Few more comments to conclude a brief overview of criteria guiding selection of semiconductor materials suitable for specific device applications (see entries #445 and #446). In addition to those to which a number can be assigned (e.g. width of the energy gap in eV, electron mobility in cm2/Vs, etc.) there are others, often equally important, which escape numerical classification.


Radiation hardness is one among them. We don’t want threshold voltage of the millions of transistors comprising an integrated circuit to be altered as a result of circuit’s exposure to high energy radiation (electronics in the proximity of nuclear reactor, exposure to nuclear explosion, cosmic rays, gamma rays, X-rays…) 


In addition, manufacturability related characteristics of any given semiconductor material are coming to play. Is the material thermally stable enough to allow elevated temperature processes during device manufacturing? Is it mechanically sturdy enough to allow robotic handling during device manufacturing? On the other end of the spectrum, is semiconductor material flexible enough to be compatible with flexible electronics and photonics?


Last, but certainly not least is the cost of semiconductor material and device fabrication processes which need to be weighed against the range of applications of commercial devices manufactured and expected profits.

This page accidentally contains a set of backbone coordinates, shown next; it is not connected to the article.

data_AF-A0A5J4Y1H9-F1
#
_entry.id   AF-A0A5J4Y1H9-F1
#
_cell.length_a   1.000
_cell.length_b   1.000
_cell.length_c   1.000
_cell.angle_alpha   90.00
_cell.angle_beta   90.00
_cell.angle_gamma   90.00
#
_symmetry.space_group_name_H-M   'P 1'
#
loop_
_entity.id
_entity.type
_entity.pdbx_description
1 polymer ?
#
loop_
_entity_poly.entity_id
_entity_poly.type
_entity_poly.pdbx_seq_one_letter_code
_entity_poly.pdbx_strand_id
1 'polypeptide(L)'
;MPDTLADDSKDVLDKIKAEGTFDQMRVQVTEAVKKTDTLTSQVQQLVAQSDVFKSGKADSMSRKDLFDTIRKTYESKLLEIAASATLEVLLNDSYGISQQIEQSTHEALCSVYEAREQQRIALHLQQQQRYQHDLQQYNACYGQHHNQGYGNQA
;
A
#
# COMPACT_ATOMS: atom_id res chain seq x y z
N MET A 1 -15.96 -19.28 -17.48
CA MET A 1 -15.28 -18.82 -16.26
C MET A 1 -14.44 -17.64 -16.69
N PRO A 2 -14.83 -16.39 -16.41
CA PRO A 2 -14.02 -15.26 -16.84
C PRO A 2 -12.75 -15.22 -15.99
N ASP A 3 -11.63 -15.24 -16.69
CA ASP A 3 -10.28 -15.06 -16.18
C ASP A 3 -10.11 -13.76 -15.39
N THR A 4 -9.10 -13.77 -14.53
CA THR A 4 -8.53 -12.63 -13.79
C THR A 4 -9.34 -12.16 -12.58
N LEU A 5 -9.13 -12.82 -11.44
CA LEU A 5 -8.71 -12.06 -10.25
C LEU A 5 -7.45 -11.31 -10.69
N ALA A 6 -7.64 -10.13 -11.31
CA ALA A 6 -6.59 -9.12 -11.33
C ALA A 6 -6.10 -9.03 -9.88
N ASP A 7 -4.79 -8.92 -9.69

As you see the list of criteria is long, and expectations high. The good news is that if you will ever have a problem finding ideal semiconductor for your application, you can always count on silicon as there is a very good chance it will do a trick, may be not perfectly, but it will (ok, granted, as long as temperature at which device is expected to operate will not exceed some 150oC...)


Posted by Jerzy Ruzyllo at 08:50 PM | Semiconductors | Link

Sunday, September 27, 2020

#447 Thirty years ago: September 1990

 September 1990 was a month when my colleagues and collaborators did demonstrate Penn State’s leadership in exploration of the wide bandgap, carbon-based semiconductors. Papers on “High-Temperature Schottky Diodes with Thin-Film Diamond Base” by G. Gildenblat et al., published in September 1990 issue of the IEEE  Electron Device Letters,  and “Oxidation of Single-Crystal Silicon Carbide” by Z. Zheng, R.E. Tressler, and K.E. Spear published in the same month issue of  the Journal of The Electrochemical Society testify to this effect.


Other than that, out of eleven papers published in “Silicon Devices” section of the September 1990 issue of the IEEE Transactions on Electron Devices, six were devoted squarely to SOI MOSFET technology. Silicon-on-Insulator technology was getting significant attention thirty years ago. And rightly so…


Posted by Jerzy Ruzyllo at 08:47 PM | Semiconductors | Link

Sunday, September 20, 2020

#446 Semiconductor material choices: what else matters?

 In addition to those most obvious listed in the previous blog, there are other considerations influencing selection of semiconductor materials for various device commercial applications.